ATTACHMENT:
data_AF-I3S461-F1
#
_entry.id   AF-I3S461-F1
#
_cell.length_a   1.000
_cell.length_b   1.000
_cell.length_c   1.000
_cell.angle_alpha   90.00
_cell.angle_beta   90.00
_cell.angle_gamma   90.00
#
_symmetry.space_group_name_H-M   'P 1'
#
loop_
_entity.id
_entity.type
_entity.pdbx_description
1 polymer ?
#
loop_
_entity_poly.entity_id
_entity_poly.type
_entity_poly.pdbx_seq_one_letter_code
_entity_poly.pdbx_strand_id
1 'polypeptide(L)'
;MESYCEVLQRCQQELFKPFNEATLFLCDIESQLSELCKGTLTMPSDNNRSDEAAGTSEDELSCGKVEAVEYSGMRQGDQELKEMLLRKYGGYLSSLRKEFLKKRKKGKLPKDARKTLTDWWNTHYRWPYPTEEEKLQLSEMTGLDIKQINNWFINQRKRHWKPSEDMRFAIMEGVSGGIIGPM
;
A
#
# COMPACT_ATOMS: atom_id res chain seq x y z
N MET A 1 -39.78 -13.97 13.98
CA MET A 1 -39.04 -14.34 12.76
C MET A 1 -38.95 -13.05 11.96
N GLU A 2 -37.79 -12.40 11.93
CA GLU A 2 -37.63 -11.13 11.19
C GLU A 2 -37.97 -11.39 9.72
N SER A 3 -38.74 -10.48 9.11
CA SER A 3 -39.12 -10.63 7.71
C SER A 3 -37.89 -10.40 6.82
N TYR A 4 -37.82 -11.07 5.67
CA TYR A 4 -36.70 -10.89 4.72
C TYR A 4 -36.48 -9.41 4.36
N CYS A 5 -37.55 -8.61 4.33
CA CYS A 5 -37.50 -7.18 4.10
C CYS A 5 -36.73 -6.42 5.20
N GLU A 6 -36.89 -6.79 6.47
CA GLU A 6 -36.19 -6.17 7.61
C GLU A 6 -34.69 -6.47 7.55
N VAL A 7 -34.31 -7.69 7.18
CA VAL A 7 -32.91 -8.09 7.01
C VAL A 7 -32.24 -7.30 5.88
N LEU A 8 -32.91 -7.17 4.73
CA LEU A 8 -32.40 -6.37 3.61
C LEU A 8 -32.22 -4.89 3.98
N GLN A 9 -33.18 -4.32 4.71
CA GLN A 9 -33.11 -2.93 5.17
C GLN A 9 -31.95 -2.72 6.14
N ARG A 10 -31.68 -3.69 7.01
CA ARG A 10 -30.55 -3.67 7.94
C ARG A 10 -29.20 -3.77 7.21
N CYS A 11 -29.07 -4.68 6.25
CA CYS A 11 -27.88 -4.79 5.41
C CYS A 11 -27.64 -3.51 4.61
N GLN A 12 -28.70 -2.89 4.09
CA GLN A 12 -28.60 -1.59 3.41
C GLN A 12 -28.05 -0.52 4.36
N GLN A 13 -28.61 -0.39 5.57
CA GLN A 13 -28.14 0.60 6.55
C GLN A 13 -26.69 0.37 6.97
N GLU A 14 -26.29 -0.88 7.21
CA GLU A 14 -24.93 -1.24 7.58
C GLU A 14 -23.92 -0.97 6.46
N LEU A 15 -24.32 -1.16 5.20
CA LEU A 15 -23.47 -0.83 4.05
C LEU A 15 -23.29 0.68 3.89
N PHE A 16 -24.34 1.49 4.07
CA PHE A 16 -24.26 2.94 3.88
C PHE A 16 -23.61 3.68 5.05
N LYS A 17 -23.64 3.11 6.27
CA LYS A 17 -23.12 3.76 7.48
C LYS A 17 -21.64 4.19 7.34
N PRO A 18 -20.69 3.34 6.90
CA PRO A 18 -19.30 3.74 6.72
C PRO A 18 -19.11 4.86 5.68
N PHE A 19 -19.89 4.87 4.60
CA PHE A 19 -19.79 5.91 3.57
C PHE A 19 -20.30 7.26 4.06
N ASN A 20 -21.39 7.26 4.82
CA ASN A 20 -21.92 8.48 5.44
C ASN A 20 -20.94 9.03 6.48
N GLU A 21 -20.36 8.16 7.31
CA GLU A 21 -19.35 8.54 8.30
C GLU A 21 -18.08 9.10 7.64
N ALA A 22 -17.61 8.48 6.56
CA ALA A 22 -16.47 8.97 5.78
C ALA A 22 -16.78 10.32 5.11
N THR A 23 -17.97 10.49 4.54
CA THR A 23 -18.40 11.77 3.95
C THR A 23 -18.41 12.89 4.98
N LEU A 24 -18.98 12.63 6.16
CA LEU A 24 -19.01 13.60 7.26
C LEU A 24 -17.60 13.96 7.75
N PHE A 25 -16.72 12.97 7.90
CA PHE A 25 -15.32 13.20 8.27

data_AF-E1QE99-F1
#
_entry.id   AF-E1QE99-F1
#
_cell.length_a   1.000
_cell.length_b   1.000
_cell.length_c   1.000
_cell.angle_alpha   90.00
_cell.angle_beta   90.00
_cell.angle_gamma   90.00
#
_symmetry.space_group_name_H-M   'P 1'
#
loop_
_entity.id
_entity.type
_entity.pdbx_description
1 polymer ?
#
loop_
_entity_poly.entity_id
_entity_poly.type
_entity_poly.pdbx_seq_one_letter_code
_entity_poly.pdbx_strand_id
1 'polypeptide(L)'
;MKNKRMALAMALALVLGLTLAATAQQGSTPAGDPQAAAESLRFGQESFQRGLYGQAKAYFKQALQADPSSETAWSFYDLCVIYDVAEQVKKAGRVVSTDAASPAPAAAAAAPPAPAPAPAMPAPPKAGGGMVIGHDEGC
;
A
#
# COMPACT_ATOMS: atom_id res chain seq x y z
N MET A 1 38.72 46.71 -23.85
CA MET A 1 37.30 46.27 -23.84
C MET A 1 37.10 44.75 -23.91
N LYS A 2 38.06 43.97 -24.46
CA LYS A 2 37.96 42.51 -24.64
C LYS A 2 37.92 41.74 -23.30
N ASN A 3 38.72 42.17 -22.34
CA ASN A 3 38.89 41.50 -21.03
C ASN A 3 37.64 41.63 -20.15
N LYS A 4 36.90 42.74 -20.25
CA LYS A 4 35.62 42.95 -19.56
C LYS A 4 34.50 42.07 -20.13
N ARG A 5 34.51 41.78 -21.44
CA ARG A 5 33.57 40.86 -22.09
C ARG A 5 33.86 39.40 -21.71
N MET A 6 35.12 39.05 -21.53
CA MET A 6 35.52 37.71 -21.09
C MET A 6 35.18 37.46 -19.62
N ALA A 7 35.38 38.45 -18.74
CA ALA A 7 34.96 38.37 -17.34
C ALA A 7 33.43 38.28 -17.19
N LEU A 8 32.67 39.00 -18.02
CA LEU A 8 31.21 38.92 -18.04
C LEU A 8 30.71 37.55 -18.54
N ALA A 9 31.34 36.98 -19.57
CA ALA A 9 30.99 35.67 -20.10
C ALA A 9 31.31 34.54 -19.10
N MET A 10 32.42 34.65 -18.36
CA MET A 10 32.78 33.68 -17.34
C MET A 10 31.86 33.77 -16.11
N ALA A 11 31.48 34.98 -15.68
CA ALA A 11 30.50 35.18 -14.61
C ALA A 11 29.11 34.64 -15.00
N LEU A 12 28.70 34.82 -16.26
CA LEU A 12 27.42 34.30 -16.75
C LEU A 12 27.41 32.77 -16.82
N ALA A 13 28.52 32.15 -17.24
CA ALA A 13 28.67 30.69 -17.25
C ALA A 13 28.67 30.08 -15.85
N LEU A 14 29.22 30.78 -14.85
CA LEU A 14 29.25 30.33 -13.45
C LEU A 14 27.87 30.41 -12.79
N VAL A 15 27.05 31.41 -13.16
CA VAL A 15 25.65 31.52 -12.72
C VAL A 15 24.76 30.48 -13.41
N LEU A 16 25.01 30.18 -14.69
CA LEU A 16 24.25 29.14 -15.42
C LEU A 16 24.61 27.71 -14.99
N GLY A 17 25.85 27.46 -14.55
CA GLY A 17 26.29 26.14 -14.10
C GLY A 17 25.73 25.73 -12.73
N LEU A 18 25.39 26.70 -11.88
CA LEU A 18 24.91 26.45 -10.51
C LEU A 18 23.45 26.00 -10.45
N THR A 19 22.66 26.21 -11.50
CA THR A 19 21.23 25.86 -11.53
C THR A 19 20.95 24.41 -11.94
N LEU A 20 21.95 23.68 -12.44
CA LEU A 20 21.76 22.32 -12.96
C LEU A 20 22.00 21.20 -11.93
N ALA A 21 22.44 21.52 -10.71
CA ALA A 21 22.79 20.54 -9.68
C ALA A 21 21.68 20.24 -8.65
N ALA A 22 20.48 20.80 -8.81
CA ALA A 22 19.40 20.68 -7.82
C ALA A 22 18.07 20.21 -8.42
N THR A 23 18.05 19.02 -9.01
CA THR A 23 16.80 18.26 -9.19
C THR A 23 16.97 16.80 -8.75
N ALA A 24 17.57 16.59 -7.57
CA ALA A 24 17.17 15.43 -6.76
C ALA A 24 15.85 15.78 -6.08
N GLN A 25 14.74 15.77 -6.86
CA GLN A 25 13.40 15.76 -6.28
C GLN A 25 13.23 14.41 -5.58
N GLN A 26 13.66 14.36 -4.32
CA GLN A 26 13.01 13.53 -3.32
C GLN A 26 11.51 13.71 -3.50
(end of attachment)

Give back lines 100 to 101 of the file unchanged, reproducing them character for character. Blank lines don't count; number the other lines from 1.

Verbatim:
N LEU A 24 -18.98 12.63 6.16
CA LEU A 24 -19.01 13.60 7.26